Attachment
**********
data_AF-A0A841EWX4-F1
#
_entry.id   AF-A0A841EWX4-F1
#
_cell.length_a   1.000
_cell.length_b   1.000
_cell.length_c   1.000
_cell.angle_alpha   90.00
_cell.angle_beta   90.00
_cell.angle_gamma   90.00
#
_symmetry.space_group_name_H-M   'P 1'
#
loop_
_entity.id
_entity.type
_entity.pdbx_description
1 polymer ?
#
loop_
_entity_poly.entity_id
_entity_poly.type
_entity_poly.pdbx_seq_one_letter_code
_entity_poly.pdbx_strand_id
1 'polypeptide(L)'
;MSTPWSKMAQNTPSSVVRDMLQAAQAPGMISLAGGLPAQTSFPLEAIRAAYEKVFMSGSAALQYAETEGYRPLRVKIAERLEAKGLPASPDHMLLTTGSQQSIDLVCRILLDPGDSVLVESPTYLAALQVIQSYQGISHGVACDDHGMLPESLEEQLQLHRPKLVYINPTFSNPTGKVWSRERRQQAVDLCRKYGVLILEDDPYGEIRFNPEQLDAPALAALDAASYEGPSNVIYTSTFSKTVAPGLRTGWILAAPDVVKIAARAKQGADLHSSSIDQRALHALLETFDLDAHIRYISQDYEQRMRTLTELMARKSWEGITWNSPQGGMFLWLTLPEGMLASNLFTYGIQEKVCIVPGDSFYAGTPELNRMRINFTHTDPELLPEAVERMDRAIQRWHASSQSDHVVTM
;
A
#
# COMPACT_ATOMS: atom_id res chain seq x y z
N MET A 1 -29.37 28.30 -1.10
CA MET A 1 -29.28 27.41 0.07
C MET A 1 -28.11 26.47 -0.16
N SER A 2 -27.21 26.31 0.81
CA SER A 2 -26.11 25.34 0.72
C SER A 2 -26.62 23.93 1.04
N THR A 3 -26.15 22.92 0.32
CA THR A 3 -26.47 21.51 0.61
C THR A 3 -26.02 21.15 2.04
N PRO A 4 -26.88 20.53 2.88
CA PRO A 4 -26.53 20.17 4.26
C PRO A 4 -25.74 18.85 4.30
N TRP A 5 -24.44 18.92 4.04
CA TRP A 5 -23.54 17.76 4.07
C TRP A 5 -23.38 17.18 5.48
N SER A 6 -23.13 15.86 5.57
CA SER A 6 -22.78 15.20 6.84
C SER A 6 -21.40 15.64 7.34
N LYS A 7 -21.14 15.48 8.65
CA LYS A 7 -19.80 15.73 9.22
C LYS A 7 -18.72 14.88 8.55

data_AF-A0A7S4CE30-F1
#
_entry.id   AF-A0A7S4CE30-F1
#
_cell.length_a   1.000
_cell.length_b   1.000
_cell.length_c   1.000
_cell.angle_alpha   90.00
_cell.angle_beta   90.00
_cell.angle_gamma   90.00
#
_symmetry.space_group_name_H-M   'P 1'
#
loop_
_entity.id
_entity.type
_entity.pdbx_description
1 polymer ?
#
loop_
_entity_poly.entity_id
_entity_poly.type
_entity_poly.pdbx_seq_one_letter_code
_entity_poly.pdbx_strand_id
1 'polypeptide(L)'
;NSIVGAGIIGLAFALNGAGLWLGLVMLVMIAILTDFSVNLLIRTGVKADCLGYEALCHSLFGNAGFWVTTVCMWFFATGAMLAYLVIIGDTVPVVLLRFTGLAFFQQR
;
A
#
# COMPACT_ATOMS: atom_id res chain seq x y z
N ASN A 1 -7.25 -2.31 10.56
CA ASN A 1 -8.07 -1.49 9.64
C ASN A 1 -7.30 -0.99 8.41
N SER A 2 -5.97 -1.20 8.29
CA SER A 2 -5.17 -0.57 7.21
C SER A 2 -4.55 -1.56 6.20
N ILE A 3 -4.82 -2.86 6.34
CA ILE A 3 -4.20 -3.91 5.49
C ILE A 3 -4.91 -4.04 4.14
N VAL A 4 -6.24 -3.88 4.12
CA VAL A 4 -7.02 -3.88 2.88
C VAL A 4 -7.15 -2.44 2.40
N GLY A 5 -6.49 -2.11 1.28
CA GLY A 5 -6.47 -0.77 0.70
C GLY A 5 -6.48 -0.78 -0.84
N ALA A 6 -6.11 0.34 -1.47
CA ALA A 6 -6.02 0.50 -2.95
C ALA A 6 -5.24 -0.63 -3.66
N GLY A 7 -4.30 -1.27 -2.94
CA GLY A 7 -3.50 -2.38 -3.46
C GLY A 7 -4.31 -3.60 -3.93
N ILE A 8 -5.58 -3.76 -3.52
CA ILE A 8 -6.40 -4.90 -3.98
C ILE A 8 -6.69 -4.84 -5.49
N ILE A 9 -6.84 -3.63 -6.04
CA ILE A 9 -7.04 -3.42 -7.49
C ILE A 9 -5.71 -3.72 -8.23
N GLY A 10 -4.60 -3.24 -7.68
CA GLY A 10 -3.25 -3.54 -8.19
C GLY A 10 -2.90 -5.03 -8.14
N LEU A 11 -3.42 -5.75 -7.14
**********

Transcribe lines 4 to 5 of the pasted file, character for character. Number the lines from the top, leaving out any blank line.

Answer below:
#
_cell.length_a   1.000